Phrase of the Day | Ginger Software

Phrase of the Day

Ginger’s Phrase of the Day provides you with a daily dose of interesting facts and trivia on some of the more, and less, common phrases in the English language. Learn the real meaning behind these phrases, when and how to use them and other less-known info behind each phrase.


Heard it on the grapevine

This phrase “heard it on the grapevine” or “heard it though the grapevine” is a nice way of saying that one heard the information by means of gossip and rumor.

Example of use: “I heard on the grapevine that my sister-in-law got the promotion, but I really don’t know much about it.”



All Greek to me

The phrase ‘ all Greek to me ‘ means that you can’t comprehend what is being written or said.

Example of use: “My brothers were having a discussion about the latest football fiasco, but it was all Greek to me“.


A hot potato

The phrase ‘ a hot potato’ usually means: a delicate subject which people have different opinions and feel very emotional about.

Example of use: “I never ask about anyone’s marital status; it can be a hot potato.”


Method to my madness

This funny phrase: ‘method to my madness’ means that there is often a reason behind someone’s mysterious behavior.

Example of use: “At the start of his presentation, it seemed that he’s out of his mind, but when he finished, we saw that there’s method in his madness.”


Add fuel to the fire

The phrase ‘add fuel to the fire means when you do or say something that makes a miserable situation even worse.

Example of use: “I had plenty to say about the situation, but I was afraid I would add fuel to the fire. So I kept my mouth shut” 


Miss the boat

The phrase ‘miss the boat’ literally means: to miss a good opportunity.

Example of use: “My friends are off to ski. I missed the boat this time, but I will join them next season”.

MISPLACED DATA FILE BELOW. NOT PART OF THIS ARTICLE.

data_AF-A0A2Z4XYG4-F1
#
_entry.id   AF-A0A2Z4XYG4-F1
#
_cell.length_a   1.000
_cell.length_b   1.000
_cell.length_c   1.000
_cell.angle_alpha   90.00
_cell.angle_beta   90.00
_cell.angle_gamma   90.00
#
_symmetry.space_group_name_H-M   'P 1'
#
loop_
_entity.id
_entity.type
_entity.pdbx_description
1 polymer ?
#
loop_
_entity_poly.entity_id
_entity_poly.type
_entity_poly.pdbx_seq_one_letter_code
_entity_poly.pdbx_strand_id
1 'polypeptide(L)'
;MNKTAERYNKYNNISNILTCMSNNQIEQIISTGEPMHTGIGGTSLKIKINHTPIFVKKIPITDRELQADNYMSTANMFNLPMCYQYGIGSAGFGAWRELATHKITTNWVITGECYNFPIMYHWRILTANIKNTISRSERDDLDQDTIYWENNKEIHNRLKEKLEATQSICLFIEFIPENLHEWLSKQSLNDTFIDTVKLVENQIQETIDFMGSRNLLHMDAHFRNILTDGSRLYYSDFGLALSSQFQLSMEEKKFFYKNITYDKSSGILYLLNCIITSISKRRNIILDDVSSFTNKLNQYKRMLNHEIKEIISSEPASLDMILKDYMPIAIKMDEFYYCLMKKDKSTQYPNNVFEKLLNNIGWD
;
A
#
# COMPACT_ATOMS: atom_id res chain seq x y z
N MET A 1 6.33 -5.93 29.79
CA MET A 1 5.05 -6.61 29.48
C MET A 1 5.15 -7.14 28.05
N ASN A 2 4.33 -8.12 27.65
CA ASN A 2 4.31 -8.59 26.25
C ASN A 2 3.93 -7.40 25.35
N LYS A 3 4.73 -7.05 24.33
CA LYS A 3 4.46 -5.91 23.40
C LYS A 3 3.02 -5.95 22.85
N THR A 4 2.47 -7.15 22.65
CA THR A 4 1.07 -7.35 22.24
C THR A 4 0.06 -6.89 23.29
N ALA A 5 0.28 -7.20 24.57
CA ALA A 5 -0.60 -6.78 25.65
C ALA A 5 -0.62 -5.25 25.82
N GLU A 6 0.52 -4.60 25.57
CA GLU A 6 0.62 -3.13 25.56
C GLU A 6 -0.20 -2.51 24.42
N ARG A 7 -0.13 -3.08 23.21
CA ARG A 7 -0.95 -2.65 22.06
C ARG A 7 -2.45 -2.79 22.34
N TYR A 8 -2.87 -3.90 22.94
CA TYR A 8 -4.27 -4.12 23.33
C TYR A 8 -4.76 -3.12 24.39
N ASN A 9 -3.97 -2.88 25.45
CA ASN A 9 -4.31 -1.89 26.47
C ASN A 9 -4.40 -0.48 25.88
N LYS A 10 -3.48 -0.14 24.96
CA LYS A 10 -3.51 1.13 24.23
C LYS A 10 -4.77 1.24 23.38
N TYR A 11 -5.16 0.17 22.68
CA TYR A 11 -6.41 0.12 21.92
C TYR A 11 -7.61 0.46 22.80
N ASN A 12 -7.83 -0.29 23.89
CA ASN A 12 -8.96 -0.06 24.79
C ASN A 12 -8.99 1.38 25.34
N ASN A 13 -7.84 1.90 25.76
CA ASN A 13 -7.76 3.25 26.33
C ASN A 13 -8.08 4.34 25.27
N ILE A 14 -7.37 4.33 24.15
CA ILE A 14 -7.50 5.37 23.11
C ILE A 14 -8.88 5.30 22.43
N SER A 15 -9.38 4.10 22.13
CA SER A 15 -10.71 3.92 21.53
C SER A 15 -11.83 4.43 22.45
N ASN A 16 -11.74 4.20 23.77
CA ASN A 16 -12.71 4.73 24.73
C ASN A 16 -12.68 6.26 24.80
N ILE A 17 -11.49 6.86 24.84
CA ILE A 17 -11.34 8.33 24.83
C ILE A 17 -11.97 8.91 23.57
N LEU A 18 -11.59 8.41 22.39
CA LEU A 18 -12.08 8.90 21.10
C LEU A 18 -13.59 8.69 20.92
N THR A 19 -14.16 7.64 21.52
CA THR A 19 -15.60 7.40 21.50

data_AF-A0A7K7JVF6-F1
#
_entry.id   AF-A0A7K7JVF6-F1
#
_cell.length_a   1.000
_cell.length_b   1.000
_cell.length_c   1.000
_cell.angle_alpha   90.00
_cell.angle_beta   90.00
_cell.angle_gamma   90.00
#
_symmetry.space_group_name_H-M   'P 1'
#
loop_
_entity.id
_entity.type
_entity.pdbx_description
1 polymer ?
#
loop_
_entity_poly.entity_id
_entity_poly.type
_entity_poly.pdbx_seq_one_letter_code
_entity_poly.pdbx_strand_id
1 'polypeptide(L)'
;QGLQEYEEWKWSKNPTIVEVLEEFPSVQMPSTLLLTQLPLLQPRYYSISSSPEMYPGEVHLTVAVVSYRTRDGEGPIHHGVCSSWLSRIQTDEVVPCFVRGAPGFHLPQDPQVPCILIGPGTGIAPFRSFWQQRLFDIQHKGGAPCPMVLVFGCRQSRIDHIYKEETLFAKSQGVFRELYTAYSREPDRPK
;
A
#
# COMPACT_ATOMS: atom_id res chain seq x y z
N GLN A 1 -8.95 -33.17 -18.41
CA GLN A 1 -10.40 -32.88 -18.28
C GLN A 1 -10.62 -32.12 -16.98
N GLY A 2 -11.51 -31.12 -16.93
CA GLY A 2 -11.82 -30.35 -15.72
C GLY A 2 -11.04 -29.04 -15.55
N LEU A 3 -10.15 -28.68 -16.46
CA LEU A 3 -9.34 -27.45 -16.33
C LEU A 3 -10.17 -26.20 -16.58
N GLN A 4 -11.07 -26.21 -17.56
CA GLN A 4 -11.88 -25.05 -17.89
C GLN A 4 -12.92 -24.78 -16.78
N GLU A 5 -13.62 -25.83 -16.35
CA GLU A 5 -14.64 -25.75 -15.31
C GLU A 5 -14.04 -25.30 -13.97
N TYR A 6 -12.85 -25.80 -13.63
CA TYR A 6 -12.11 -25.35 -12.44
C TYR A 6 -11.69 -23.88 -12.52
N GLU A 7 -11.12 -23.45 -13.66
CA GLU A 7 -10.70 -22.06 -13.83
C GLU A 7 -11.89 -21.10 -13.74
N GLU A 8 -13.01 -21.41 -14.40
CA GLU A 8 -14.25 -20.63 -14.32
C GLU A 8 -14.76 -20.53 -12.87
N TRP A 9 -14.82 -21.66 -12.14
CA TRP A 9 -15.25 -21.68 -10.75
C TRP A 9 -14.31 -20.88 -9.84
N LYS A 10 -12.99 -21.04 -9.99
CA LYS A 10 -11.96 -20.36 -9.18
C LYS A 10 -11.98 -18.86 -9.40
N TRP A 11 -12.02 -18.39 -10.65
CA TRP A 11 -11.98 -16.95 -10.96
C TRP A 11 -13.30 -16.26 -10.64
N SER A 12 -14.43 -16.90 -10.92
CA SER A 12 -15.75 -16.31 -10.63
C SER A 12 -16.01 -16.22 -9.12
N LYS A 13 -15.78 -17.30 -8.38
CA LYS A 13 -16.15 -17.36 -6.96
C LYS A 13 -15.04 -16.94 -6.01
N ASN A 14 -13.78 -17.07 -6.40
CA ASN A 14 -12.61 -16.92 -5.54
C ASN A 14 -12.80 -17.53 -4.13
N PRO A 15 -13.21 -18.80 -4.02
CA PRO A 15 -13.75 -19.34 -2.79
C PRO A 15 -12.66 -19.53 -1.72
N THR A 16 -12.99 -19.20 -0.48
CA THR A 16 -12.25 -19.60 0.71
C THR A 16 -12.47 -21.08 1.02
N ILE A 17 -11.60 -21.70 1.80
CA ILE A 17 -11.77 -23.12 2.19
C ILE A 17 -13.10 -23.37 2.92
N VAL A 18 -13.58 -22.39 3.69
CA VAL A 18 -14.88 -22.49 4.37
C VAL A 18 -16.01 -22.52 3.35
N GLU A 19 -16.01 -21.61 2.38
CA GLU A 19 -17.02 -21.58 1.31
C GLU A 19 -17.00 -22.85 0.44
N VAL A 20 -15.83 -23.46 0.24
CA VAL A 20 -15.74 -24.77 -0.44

Take with a grain of salt

The phrase ‘take with a grain of salt’ means that the listener should to take the source of the information as prone to be unreliable or exaggerated.

Example of use: “Yolanda tells some great stories, but we take what she says with a grain of salt because she has quite a vivid imagination and tends to exaggerate.”


Add insult to injury

The phrase ‘add insult to injury’ is used in a situation when something happened or was said that upset you, after you’ve already been upset about something else.

Example of use: “My car broke down in the middle of nowhere, then, to add insult to injury, it started to rain.”

Kill two birds with one stone

The phrase: ‘kill two birds with one stone’ simply means solving two tasks at the same time or with one single action.

Example of use: “Whenever I jog, I like listening to English rap music. That way, I kill two birds with one stone; I stay fit whilst I improve my English language skills.”

Speak of the Devil

“Speak of the Devil” simply means when a person mentioned in the current conversation happens to walk into the room.

Example of use: “We were huddled around the tv, talking about Fred, when he walked in. Well, speak of the devil!”